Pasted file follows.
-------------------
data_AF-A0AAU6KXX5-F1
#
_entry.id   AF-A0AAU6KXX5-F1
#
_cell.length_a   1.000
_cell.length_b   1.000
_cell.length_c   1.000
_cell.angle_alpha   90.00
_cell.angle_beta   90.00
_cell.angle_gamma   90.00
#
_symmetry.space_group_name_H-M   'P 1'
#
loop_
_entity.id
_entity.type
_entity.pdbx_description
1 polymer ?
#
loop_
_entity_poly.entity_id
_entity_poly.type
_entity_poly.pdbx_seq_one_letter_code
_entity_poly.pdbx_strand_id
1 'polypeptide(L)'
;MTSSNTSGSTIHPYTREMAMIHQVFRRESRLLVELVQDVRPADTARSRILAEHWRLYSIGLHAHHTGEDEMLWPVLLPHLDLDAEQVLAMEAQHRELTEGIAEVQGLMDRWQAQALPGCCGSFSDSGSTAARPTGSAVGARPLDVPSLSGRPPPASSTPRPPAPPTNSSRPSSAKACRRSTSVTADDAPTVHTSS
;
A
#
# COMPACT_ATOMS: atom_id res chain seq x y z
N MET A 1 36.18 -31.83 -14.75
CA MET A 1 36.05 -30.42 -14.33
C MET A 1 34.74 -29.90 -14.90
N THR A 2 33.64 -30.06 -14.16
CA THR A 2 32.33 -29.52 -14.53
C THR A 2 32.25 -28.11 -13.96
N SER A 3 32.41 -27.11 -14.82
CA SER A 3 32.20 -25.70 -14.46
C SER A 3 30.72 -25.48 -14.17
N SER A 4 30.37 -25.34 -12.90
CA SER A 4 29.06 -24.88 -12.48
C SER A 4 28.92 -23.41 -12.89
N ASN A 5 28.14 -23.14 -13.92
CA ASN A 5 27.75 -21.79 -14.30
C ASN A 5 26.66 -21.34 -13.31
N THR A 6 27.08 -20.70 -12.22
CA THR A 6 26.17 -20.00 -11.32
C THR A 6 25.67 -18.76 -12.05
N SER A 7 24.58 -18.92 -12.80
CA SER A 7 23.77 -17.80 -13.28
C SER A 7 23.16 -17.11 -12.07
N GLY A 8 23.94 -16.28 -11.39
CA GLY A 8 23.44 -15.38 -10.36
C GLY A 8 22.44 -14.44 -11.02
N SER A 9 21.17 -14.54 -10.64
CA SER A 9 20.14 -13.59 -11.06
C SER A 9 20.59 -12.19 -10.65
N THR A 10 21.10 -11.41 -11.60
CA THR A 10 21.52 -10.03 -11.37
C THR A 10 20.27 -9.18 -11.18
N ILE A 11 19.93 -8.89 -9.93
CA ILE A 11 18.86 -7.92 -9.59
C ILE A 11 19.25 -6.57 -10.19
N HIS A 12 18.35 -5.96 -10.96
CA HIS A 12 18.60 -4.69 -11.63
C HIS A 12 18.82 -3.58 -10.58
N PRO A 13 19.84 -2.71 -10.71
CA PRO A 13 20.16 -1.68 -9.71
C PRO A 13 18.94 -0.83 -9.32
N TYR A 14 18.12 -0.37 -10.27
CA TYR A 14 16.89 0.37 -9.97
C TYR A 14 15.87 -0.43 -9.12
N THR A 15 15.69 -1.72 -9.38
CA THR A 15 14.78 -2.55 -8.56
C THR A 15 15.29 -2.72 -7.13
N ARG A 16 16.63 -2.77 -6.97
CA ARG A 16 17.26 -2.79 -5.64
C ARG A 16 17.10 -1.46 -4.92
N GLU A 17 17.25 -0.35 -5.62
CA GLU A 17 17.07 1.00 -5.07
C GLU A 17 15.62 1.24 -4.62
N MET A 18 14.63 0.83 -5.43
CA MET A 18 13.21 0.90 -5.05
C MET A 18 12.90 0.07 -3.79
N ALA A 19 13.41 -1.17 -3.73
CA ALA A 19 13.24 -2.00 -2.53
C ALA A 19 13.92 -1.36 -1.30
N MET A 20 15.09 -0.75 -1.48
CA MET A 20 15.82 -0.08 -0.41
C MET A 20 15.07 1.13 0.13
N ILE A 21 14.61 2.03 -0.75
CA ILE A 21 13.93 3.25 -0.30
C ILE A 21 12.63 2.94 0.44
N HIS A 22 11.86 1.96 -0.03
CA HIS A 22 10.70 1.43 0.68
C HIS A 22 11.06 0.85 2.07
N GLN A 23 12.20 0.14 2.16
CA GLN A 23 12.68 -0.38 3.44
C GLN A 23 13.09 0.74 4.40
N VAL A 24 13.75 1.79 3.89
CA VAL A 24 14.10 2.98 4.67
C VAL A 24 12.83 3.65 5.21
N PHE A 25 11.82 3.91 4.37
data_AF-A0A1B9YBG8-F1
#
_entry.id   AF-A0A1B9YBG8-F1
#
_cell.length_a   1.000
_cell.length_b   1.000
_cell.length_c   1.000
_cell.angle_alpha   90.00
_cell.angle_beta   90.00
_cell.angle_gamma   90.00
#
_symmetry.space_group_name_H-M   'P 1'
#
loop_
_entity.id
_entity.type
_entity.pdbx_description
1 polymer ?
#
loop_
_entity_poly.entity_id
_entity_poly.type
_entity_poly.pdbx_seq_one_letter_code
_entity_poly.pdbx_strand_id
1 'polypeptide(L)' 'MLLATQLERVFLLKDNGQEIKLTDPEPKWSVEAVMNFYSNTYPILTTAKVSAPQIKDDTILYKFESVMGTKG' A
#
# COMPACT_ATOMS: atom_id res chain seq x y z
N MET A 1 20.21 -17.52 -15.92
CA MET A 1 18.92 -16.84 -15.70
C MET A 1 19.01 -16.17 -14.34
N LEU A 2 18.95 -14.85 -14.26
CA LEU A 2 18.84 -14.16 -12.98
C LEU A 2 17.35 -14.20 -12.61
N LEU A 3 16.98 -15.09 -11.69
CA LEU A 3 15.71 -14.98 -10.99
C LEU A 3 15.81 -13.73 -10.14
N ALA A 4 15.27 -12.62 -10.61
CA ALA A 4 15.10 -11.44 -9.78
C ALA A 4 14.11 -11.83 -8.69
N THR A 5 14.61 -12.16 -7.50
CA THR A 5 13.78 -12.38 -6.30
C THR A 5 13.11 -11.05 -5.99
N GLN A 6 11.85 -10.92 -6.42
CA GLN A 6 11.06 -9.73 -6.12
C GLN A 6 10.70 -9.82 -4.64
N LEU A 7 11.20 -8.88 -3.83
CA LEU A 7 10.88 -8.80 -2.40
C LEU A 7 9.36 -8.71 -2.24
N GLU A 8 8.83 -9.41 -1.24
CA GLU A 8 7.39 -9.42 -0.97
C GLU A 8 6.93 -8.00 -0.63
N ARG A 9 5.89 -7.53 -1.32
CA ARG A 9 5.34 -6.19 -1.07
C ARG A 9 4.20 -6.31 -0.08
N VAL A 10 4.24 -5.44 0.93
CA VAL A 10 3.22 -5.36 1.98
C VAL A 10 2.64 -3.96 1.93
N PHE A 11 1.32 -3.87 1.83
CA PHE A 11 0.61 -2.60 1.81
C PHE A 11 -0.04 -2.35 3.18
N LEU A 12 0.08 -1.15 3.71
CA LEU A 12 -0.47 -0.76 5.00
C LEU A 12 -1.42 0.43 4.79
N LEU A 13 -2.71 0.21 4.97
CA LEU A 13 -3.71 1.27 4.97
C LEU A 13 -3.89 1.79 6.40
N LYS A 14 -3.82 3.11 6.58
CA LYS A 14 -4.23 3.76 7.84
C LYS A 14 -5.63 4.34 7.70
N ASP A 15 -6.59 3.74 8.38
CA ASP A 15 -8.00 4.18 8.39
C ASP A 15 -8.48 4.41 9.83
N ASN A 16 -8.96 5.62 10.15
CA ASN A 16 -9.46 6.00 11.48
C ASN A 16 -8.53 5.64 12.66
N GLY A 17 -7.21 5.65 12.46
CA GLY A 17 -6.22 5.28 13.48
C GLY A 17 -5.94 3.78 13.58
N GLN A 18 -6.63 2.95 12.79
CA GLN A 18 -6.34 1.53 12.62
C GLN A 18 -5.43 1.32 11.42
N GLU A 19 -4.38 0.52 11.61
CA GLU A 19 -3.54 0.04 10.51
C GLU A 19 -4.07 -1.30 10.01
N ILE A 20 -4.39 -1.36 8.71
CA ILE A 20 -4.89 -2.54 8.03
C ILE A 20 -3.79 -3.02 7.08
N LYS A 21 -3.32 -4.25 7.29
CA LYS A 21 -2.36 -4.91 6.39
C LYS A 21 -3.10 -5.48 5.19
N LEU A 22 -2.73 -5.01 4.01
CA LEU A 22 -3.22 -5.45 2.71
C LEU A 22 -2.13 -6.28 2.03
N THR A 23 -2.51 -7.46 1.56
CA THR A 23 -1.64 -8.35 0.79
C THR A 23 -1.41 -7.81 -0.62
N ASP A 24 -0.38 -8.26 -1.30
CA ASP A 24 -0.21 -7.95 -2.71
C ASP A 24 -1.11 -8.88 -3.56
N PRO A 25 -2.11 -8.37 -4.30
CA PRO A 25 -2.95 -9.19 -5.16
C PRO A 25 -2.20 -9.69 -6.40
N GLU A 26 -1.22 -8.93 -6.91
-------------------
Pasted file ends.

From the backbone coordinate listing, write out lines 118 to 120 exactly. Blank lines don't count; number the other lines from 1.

_entity.id
_entity.type
_entity.pdbx_description